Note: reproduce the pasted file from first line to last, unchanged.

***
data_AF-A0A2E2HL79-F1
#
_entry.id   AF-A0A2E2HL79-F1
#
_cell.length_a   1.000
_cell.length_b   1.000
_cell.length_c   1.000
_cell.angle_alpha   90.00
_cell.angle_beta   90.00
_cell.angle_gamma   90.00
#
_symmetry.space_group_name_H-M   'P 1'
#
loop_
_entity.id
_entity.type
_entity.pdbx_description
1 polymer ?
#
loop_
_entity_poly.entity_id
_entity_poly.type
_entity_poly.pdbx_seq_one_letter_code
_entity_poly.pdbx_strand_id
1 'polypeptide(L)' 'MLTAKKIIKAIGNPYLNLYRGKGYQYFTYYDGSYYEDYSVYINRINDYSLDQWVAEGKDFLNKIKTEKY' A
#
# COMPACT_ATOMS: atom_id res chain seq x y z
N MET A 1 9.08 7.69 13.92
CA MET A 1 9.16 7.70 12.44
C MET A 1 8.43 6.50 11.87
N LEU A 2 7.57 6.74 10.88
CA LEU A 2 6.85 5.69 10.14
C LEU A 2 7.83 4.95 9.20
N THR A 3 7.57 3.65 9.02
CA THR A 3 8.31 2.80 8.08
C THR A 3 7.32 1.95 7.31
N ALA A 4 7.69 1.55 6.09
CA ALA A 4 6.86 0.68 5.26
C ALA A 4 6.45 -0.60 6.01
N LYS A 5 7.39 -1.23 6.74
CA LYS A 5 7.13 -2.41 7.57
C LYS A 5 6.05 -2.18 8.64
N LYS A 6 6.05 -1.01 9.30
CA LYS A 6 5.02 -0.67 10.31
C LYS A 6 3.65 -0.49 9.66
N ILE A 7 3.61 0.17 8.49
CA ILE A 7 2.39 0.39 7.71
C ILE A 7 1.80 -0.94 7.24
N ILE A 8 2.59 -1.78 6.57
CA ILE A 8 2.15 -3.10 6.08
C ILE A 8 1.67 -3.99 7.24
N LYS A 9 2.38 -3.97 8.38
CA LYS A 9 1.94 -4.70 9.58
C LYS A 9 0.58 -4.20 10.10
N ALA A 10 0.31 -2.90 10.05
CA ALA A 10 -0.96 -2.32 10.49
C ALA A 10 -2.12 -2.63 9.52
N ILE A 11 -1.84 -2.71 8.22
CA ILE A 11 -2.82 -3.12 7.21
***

data_AF-A0A2E2HL79-F1
#
_entry.id   AF-A0A2E2HL79-F1
#
_cell.length_a   1.000
_cell.length_b   1.000
_cell.length_c   1.000
_cell.angle_alpha   90.00
_cell.angle_beta   90.00
_cell.angle_gamma   90.00
#
_symmetry.space_group_name_H-M   'P 1'
#
loop_
_entity.id
_entity.type
_entity.pdbx_description
1 polymer ?
#
loop_
_entity_poly.entity_id
_entity_poly.type
_entity_poly.pdbx_seq_one_letter_code
_entity_poly.pdbx_strand_id
1 'polypeptide(L)' 'MLTAKKIIKAIGNPYLNLYRGKGYQYFTYYDGSYYEDYSVYINRINDYSLDQWVAEGKDFLNKIKTEKY' A
#
# COMPACT_ATOMS: atom_id res chain seq x y z
N MET A 1 9.08 7.69 13.92
CA MET A 1 9.16 7.70 12.44
C MET A 1 8.43 6.50 11.87
N LEU A 2 7.57 6.74 10.88
CA LEU A 2 6.85 5.69 10.14
C LEU A 2 7.83 4.95 9.20
N THR A 3 7.57 3.65 9.02
CA THR A 3 8.31 2.80 8.08
C THR A 3 7.32 1.95 7.31
N ALA A 4 7.69 1.55 6.09
CA ALA A 4 6.86 0.68 5.26
C ALA A 4 6.45 -0.60 6.01
N LYS A 5 7.39 -1.23 6.74
CA LYS A 5 7.13 -2.41 7.57
C LYS A 5 6.05 -2.18 8.64
N LYS A 6 6.05 -1.01 9.30
CA LYS A 6 5.02 -0.67 10.31
C LYS A 6 3.65 -0.49 9.66
N ILE A 7 3.61 0.17 8.49
CA ILE A 7 2.39 0.39 7.71
C ILE A 7 1.80 -0.94 7.24
N ILE A 8 2.59 -1.78 6.57
CA ILE A 8 2.15 -3.10 6.08
C ILE A 8 1.67 -3.99 7.24
N LYS A 9 2.38 -3.97 8.38
CA LYS A 9 1.94 -4.70 9.58
C LYS A 9 0.58 -4.20 10.10
N ALA A 10 0.31 -2.90 10.05
CA ALA A 10 -0.96 -2.32 10.49
C ALA A 10 -2.12 -2.63 9.52
N ILE A 11 -1.84 -2.71 8.22
CA ILE A 11 -2.82 -3.12 7.21